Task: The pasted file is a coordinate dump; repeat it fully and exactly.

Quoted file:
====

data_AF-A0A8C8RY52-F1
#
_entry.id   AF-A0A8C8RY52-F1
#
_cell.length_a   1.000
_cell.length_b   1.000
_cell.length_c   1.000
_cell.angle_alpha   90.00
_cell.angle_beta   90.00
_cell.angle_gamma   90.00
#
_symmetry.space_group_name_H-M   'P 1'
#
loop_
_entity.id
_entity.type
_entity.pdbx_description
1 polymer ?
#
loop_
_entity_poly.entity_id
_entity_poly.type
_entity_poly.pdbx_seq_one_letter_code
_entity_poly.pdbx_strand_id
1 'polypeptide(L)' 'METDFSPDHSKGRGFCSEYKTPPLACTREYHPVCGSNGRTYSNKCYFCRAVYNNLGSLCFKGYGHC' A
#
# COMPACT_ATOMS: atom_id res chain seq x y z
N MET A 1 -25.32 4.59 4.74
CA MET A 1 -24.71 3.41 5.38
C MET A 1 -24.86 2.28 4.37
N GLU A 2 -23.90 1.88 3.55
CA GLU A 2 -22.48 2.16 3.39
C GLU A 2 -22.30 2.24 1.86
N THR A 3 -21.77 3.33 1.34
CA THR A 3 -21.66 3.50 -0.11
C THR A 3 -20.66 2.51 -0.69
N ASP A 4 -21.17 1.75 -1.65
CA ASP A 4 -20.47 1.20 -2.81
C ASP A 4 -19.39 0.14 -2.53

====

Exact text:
data_AF-A0A8C8RY52-F1
#
_entry.id   AF-A0A8C8RY52-F1
#
_cell.length_a   1.000
_cell.length_b   1.000
_cell.length_c   1.000
_cell.angle_alpha   90.00
_cell.angle_beta   90.00
_cell.angle_gamma   90.00
#
_symmetry.space_group_name_H-M   'P 1'
#
loop_
_entity.id
_entity.type
_entity.pdbx_description
1 polymer ?
#
loop_
_entity_poly.entity_id
_entity_poly.type
_entity_poly.pdbx_seq_one_letter_code
_entity_poly.pdbx_strand_id
1 'polypeptide(L)' 'METDFSPDHSKGRGFCSEYKTPPLACTREYHPVCGSNGRTYSNKCYFCRAVYNNLGSLCFKGYGHC' A
#
# COMPACT_ATOMS: atom_id res chain seq x y z
N MET A 1 -25.32 4.59 4.74
CA MET A 1 -24.71 3.41 5.38
C MET A 1 -24.86 2.28 4.37
N GLU A 2 -23.90 1.88 3.55
CA GLU A 2 -22.48 2.16 3.39
C GLU A 2 -22.30 2.24 1.86
N THR A 3 -21.77 3.33 1.34
CA THR A 3 -21.66 3.50 -0.11
C THR A 3 -20.66 2.51 -0.69
N ASP A 4 -21.17 1.75 -1.65
CA ASP A 4 -20.47 1.20 -2.81
C ASP A 4 -19.39 0.14 -2.53